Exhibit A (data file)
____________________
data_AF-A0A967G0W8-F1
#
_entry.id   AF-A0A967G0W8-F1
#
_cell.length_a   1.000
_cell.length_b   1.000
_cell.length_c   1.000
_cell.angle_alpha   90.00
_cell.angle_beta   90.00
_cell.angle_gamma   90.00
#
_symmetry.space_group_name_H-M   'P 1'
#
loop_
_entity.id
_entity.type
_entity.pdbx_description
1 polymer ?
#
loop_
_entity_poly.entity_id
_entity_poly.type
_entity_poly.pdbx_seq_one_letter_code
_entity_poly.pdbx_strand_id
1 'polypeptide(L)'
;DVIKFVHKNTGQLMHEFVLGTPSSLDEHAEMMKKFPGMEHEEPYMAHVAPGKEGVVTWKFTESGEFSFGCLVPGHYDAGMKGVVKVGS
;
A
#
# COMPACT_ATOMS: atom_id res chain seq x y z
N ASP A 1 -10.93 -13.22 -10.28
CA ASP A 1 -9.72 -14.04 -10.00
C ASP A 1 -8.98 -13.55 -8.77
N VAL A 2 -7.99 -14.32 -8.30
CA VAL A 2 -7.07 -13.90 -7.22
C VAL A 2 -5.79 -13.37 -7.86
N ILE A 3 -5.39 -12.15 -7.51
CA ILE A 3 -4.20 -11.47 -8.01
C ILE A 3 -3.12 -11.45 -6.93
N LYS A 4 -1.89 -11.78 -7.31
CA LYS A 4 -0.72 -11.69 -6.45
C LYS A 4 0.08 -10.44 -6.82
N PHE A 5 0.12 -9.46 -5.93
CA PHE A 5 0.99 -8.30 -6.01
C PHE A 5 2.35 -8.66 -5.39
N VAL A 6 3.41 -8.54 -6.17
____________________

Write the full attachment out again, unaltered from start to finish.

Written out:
data_AF-A0A967G0W8-F1
#
_entry.id   AF-A0A967G0W8-F1
#
_cell.length_a   1.000
_cell.length_b   1.000
_cell.length_c   1.000
_cell.angle_alpha   90.00
_cell.angle_beta   90.00
_cell.angle_gamma   90.00
#
_symmetry.space_group_name_H-M   'P 1'
#
loop_
_entity.id
_entity.type
_entity.pdbx_description
1 polymer ?
#
loop_
_entity_poly.entity_id
_entity_poly.type
_entity_poly.pdbx_seq_one_letter_code
_entity_poly.pdbx_strand_id
1 'polypeptide(L)'
;DVIKFVHKNTGQLMHEFVLGTPSSLDEHAEMMKKFPGMEHEEPYMAHVAPGKEGVVTWKFTESGEFSFGCLVPGHYDAGMKGVVKVGS
;
A
#
# COMPACT_ATOMS: atom_id res chain seq x y z
N ASP A 1 -10.93 -13.22 -10.28
CA ASP A 1 -9.72 -14.04 -10.00
C ASP A 1 -8.98 -13.55 -8.77
N VAL A 2 -7.99 -14.32 -8.30
CA VAL A 2 -7.07 -13.90 -7.22
C VAL A 2 -5.79 -13.37 -7.86
N ILE A 3 -5.39 -12.15 -7.51
CA ILE A 3 -4.20 -11.47 -8.01
C ILE A 3 -3.12 -11.45 -6.93
N LYS A 4 -1.89 -11.78 -7.31
CA LYS A 4 -0.72 -11.69 -6.45
C LYS A 4 0.08 -10.44 -6.82
N PHE A 5 0.12 -9.46 -5.93
CA PHE A 5 0.99 -8.30 -6.01
C PHE A 5 2.35 -8.66 -5.39
N VAL A 6 3.41 -8.54 -6.17